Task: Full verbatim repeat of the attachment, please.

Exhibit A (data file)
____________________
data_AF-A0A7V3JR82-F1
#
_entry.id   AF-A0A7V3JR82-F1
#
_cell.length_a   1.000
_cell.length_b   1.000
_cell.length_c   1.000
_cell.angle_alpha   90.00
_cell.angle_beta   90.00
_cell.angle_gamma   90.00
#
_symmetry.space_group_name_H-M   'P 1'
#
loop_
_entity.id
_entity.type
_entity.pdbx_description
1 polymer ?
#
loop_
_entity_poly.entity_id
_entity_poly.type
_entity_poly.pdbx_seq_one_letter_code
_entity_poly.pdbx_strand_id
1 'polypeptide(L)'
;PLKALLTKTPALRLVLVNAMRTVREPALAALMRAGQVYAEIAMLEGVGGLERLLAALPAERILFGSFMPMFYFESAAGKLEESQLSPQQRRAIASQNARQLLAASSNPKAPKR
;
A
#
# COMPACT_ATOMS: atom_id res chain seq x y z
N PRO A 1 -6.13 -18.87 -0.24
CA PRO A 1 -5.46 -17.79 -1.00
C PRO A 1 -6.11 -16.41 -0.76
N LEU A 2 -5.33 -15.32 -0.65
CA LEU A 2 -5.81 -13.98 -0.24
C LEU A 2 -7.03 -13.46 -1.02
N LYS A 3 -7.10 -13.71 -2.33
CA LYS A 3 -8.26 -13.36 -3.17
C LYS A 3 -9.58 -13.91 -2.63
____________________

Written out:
data_AF-A0A7V3JR82-F1
#
_entry.id   AF-A0A7V3JR82-F1
#
_cell.length_a   1.000
_cell.length_b   1.000
_cell.length_c   1.000
_cell.angle_alpha   90.00
_cell.angle_beta   90.00
_cell.angle_gamma   90.00
#
_symmetry.space_group_name_H-M   'P 1'
#
loop_
_entity.id
_entity.type
_entity.pdbx_description
1 polymer ?
#
loop_
_entity_poly.entity_id
_entity_poly.type
_entity_poly.pdbx_seq_one_letter_code
_entity_poly.pdbx_strand_id
1 'polypeptide(L)'
;PLKALLTKTPALRLVLVNAMRTVREPALAALMRAGQVYAEIAMLEGVGGLERLLAALPAERILFGSFMPMFYFESAAGKLEESQLSPQQRRAIASQNARQLLAASSNPKAPKR
;
A
#
# COMPACT_ATOMS: atom_id res chain seq x y z
N PRO A 1 -6.13 -18.87 -0.24
CA PRO A 1 -5.46 -17.79 -1.00
C PRO A 1 -6.11 -16.41 -0.76
N LEU A 2 -5.33 -15.32 -0.65
CA LEU A 2 -5.81 -13.98 -0.24
C LEU A 2 -7.03 -13.46 -1.02
N LYS A 3 -7.10 -13.71 -2.33
CA LYS A 3 -8.26 -13.36 -3.17
C LYS A 3 -9.58 -13.91 -2.63